Got thisel ?? (4 pics)

Mothergoat

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I grow Borage for the bees. It re-seeds like crazy, grows wild here. I had surgery one summer and a small stand of thistles scattered seed across my place...I have been battling them for 6 years now, trying to get them under control. :barnie They are even too spiny for the goats to eat, and they love wild blackberry vines, for goodness sakes! I keep tansy ragwort under control by yanking it out whenever I walk by a plant, but you definitely need gloves and a dandelion-popper to take out one of these thistle plants. :ep I probably need to put together a work-apron of sorts with pockets to hold all those little tools I need out there, and make it a habit to wear it whenever I go roaming about the place. Anybody have such a thing?
 

digitS'

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I grew up 2 valleys down from the Willamette. That'd be the Rogue.

Not quite the same as the rest of western Oregon but I sure remember the blackberries and Scotch thistles. It looks like you might have Sweet Cicely on the way also but that shouldn't be so bad. In fact, I've noted the invasion of the creeping buttercup here but I don't think it will cause as much trouble as it does apparently in Oregon wetlands. In fact, I can still remember the 1st starlings I ever saw on Oregon powerlines but that's another story entirely . . .

If the Italian thistle wasn't so well established in the neighbor's grape & raspberry jungle I might have a reasonable shot at getting rid of it. To be especially effective, I'd need to use Round-up and I'm not very inclined. Must admit, I use round-up in the flower garden. Since part of the veggie garden has hosted the "dry flowers" (statice, nigella, strawflower, etc.) and I've grown some ornamental corn there, the thistle was attacked with the herbicide.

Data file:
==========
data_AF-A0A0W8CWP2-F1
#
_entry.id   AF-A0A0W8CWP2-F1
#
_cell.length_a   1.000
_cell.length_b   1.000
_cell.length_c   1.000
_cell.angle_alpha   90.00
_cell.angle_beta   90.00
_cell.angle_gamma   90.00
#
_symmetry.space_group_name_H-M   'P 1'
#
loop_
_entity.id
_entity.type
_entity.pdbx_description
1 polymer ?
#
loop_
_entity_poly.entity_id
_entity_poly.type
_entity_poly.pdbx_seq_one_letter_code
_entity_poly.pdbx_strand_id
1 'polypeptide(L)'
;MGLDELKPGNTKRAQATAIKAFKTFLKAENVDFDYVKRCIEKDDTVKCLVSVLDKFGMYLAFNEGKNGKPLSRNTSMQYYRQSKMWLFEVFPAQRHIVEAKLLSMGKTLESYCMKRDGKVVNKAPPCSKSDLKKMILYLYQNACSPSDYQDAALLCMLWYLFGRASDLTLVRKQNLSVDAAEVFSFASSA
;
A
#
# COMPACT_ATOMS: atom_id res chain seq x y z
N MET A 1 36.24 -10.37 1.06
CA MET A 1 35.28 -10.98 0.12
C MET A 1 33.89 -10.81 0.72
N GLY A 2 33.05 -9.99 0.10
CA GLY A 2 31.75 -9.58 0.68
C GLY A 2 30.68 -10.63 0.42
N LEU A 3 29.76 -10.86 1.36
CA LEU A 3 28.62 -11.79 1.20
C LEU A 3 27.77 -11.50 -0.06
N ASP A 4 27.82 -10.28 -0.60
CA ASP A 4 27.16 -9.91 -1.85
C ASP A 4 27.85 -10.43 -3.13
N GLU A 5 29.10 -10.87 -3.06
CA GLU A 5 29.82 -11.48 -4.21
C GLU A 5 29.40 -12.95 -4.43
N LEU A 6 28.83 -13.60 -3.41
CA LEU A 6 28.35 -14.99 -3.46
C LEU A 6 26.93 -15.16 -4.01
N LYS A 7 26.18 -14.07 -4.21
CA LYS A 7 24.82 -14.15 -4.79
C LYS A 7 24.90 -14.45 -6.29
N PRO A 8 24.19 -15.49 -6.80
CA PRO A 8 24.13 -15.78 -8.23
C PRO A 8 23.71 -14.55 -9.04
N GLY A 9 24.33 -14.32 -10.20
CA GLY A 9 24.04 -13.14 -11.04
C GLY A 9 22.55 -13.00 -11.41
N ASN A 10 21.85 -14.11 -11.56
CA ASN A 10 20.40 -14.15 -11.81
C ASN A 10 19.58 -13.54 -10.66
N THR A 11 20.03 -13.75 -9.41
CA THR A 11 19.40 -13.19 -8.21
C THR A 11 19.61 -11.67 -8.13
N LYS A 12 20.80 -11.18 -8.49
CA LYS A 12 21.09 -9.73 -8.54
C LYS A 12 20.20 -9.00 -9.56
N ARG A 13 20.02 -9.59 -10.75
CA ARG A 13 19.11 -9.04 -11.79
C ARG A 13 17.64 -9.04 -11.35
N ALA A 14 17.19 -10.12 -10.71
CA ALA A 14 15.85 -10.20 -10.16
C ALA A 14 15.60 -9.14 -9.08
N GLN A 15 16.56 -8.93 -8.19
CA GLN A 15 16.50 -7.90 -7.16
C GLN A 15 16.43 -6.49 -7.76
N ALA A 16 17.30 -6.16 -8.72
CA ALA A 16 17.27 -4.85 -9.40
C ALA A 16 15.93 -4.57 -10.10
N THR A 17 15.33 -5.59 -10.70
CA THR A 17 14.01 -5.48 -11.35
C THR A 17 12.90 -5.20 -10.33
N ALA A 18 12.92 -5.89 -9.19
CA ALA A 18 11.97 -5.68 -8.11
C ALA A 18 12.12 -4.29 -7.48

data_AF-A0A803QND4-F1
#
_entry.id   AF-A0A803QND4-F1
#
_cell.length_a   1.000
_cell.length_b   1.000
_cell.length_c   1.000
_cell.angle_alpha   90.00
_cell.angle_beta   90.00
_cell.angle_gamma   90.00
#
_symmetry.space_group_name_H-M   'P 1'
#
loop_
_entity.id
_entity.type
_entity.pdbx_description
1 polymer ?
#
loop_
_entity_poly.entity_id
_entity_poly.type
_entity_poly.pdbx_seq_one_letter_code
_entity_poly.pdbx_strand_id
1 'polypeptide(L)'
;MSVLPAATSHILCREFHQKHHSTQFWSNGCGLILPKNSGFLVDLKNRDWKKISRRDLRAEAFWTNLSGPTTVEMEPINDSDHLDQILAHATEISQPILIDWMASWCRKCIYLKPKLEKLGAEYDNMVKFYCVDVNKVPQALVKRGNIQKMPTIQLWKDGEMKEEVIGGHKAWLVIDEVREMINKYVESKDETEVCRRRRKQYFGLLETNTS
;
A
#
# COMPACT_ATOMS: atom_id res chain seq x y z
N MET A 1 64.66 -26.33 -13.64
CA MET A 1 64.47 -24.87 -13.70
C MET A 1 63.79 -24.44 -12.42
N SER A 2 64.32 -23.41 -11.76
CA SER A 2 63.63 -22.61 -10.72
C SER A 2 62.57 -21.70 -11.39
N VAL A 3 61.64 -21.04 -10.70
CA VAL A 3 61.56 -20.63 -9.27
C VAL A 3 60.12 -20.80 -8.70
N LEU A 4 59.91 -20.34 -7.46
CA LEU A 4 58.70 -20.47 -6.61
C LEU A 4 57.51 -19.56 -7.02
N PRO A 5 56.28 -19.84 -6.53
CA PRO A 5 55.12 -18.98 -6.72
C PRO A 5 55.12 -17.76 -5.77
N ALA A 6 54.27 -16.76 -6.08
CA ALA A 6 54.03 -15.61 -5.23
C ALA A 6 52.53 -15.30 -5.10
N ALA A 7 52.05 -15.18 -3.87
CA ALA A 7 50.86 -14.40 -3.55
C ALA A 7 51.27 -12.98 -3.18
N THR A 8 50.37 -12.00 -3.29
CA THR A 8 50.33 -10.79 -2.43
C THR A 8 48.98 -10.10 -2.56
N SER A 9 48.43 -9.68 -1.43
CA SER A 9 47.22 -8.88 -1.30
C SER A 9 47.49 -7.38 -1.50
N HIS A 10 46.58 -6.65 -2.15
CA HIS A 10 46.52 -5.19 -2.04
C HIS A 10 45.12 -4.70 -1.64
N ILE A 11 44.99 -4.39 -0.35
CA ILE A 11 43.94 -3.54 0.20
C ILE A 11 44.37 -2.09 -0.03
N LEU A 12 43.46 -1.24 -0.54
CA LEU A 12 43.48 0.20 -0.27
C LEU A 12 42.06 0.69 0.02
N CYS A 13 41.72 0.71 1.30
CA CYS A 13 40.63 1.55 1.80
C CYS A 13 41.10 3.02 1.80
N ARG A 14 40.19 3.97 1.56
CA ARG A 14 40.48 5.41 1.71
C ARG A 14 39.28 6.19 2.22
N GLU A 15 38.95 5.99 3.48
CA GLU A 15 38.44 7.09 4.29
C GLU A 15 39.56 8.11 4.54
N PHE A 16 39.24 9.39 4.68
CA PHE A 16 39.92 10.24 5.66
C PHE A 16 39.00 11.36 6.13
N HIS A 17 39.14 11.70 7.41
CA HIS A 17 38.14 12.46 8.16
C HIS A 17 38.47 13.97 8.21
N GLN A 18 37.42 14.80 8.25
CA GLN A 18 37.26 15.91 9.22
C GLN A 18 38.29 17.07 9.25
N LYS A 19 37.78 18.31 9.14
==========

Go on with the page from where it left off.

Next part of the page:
What I could do is move the flowers around each year and utilize the herbicide amongst them scorched earth technique. Then plant veggies the following year. But, I find that a little dishonest then to say I grow veggies organically. I really need to restrain my tendency to use the herbicides and, certainly, to not spray one year and then show up the next with veggie seeds and seedlings. It will be like shoveling sand against the tide with the thistle plants blooming upwind no matter what I do.

Staying with the dandelion popper (is that what we call it?), looks like the best recourse.

Steve
 

Mothergoat

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Scorched earth technique...reminds me that my DH picked up a propane torch thingie. You can cook weeds with it. Works great. Not effective enough against the quackgrass, though. Any underground creeping stems deeper than 2-3 inches come right back. I have the wild buttercup Ranunculus too. When we moved here 15 years ago, I thought they were so pretty. I let them grow along the edge of the lawn. Now they are everywhere! Nasty. Toxic to goats, too.

What is Sweet Cicely?
 

Reinbeau